At the end of 2007, the companies in the investigators’s well analysis that existed at the time had an enterprise value, measured by market capitalization plus debt, of about 1.65 times the value of their proven reserves, according to company disclosures and S&P Global Market Intelligence data. Ten years later, that multiple had risen to more than 2.5 times, even though oil prices were much lower. Last year, the enterprise value of the 29 companies in the analysis was $360 billion higher than the value of their proven reserves.
EUR estimates from many companies were grounded on two assumptions: that they could pack wells closer together, squeezing more value from the land they leased, and that they could replicate their best early wells. The results to date suggest those assumptions were often wrong.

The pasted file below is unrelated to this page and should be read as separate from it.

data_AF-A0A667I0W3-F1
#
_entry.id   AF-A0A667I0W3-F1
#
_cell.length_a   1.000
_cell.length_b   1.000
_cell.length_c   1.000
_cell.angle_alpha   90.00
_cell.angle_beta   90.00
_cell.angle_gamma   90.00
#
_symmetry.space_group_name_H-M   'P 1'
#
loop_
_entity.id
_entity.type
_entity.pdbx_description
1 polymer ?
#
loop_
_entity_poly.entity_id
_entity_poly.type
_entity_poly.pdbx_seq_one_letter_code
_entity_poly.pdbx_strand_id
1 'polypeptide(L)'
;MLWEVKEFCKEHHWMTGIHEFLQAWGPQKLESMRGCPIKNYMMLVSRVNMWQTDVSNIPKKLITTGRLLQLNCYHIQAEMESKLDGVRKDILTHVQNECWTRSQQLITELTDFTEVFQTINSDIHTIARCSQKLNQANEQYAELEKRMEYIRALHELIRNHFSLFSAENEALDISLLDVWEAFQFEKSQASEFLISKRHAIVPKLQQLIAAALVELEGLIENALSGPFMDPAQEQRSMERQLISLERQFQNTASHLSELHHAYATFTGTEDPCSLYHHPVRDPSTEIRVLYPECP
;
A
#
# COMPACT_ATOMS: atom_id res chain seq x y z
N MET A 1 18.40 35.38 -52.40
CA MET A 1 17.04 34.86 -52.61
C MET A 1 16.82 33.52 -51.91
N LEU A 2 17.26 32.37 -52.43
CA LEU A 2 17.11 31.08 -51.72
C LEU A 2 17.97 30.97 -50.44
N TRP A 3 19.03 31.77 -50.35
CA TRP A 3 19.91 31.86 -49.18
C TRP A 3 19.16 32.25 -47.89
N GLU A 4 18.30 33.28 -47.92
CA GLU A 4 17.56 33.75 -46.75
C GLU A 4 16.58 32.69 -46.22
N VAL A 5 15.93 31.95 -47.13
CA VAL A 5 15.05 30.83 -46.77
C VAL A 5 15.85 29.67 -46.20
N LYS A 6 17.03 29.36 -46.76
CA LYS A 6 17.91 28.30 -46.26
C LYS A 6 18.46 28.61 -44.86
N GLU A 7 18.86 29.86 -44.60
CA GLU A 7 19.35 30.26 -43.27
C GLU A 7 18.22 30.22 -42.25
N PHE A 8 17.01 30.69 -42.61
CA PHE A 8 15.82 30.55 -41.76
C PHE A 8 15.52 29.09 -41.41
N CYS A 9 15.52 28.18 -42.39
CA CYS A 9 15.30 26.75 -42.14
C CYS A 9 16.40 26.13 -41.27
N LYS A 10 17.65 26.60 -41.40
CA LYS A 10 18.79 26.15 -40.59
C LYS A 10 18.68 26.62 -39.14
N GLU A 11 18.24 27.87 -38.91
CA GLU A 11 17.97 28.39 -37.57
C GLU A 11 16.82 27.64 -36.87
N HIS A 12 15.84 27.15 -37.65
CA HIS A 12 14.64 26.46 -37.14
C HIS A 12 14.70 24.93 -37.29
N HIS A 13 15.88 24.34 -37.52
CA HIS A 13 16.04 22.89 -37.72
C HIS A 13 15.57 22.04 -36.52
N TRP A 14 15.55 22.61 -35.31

The independent analysis involves public data that at times gives an incomplete picture of well performance. North Dakota reports oil and gas production by well, but Texas does so only by land parcel. Third-party data providers must extrapolate to make up for that, meaning their data may not be as precise as well-level data maintained by companies.
Journalists relied primarily on figures from Rystad Energy, but consulted with several other third-party providers, including Oseberg Inc. and BLR Digital LLC, whose data pointed to similar conclusions. Those providers forecast well output over several decades based on early, publicly reported production data, taking into account typical decline rates.